Saturday, November 04, 2006

Ted Haggard redux

A year and a half ago I put together a post about mega-churches inspired by an article in Harpers by Jeff Sharlett. The subject of the story was the conspicuous success of Pastor Ted's New Life Church in Colorado.

Pastor Ted, who talks to President George W. Bush or his advisers every Monday, is a handsome forty-eight-year-old Indianan, most comfortable in denim. He likes to say that his only disagreement with the President is automotive; Bush drives a Ford pickup, whereas Pastor Ted loves his Chevy. In addition to New Life, Pastor Ted presides over the National Association of Evangelicals (NAE), whose 45,000 churches and 30 million believers make up the nation’s most powerful religious lobbying group, and also over a smaller network of his own creation, the Association of Life-Giving Churches, 300 or so congregations modeled on New Life’s “free market” approach to the divine. Pastor Ted will serve as NAE president for as long as the movement is pleased with him, and as long as Pastor Ted is its president the NAE will make its headquarters in Colorado Springs.

In light of this week's developments regarding Pastor Ted, the article reads with a somewhat different resonance. Different how? I'm not sure.

It's possible that the Harper's piece served to kick-start Ted Haggard, his church and affiliated organizations to very high-profile exposure. Too much exposure, it seems. Jeff Sharlett met and interviewed the man long before last week...
...since I wrote about Ted Haggard and his church, New Life, in the May, 2005 issue of Harper's...Ted has been decidedly less than friendly. I always wondered why. Although my article was critical, it led to a surge of more mild-mannered media for Ted, one of the most powerful but least-known evangelical bigs in America. Barbara Walters asking him about heaven, Tom Brokaw doing his "on the other hand" routine.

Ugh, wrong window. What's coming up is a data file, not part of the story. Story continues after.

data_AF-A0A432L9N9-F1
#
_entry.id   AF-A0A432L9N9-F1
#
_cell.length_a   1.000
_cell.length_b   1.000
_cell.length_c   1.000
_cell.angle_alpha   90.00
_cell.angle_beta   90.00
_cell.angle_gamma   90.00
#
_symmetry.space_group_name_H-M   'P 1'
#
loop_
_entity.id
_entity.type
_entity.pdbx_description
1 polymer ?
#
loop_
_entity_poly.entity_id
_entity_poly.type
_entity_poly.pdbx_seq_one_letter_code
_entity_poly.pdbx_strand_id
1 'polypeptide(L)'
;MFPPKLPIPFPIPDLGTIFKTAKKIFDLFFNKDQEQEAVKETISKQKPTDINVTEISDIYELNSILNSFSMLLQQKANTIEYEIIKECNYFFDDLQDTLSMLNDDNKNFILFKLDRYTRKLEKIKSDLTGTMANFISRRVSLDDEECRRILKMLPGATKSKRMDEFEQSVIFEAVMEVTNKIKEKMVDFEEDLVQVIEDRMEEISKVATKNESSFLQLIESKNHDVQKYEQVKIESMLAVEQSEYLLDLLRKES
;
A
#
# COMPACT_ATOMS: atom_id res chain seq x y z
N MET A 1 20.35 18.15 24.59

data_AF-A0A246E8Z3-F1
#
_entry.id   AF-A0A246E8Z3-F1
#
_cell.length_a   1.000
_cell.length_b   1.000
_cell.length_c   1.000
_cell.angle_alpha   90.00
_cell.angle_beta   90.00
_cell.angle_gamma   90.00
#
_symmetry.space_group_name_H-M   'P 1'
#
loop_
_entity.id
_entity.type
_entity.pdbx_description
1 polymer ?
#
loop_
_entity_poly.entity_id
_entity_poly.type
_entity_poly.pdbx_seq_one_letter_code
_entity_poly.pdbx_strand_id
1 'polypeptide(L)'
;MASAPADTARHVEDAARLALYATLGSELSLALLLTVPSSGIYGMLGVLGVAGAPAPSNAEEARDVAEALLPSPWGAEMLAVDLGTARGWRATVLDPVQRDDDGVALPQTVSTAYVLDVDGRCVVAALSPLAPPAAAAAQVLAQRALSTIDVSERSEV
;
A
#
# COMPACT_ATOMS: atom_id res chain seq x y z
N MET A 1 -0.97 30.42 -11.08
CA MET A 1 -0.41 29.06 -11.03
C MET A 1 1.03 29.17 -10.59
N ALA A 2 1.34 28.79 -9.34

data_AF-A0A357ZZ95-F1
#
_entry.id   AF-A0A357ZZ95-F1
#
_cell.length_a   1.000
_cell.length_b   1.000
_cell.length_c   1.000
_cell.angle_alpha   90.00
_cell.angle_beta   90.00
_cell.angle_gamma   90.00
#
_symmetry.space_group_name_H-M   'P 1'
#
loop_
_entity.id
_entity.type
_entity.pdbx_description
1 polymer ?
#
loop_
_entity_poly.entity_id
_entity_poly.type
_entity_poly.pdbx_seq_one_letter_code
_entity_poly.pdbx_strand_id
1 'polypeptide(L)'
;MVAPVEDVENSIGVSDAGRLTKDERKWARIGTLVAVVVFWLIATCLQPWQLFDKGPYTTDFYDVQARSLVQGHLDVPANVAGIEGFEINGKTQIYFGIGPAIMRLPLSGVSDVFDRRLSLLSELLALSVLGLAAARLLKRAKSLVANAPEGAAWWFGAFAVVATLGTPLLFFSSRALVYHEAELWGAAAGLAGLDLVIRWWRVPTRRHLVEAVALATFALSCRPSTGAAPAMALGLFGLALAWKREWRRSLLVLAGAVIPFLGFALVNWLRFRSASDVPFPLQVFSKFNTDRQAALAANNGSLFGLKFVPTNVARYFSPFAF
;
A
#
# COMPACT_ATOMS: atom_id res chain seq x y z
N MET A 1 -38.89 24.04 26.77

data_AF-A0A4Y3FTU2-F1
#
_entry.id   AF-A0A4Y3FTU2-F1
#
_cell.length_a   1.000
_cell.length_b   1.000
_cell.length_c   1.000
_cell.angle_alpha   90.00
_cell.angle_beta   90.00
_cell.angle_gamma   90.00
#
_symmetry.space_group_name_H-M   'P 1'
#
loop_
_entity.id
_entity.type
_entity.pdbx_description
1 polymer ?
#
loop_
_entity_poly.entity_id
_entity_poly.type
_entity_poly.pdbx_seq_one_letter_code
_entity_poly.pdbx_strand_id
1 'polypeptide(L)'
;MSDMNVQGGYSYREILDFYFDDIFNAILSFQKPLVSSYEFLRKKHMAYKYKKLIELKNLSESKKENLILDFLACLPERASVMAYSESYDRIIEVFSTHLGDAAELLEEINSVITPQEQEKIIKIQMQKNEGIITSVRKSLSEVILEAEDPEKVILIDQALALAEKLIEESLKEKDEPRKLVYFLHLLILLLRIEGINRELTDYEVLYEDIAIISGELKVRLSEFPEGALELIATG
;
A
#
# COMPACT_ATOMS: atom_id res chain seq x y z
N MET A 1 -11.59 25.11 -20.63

But too much attention can be a bad thing. Details are still coming in, but it seems a gay man in Denver named Mike Jones was watching TV recently when he saw one of his regular sex partners, whom he knew only as "Art," on the tube: Ted, welcome to celebrity.

I just talked to Jones on the phone. He's not vindictive, nor particularly political; he's voted for Republicans and Democrats. He struggled with his decision, out of compassion for a man in the closet. He was motivated, he said, simply by being a gay man who's been around long enough to know how Ted's politics play out in the ordinary lives of people Jones cares about. That's about as good a motive for outing someone as I've ever heard. This afternoon, Ted announced that he was temporarily stepping down from his positions of authority. A press conference of national evangelical figures that planned to express support for Ted has been called off. Jones has made available recordings he says are of Ted asking him to procure meth, and an envelope in which he says Ted mailed him money.

Thanks to Fred Clark for catching this before me. His comments are worth reading.
All that language -- forgiveness, deliverance, confession, repentance -- really means here only that Haggard needs to go back to living a lie. If he agrees to live that lie, and with clenched teeth to continue proclaiming that others must join in living that lie, then Haggard will be "accepted" back "into fellowship."

Haggard is now seeking "spiritual advice and guidance," and there are tens of thousands of Very Nice Christian people praying for him. But his spiritual guides and advisors are all going to tell him to follow that script. Those people praying for him are all praying for him to follow that script. And that script is evil. That script is a lie.

For Christ's sake, enough with the lies. The last thing Haggard needs is to be "accepted" into a fellowship that cannot accept who he really is. Both he and that fellowship have just been given an opportunity to abandon lies. I'm praying that they will recognize that opportunity and take it.

Bitter medicine, indeed. I doubt the people who need to swallow it are paying attention. Too bad. What he's saying, of course, is that the Church must accept homosexual people as equals, sinners as part of the larger flawed population comprising the Body...then work on shortcomings.

Some churches are in that fold, but not all by a long shot.

No comments: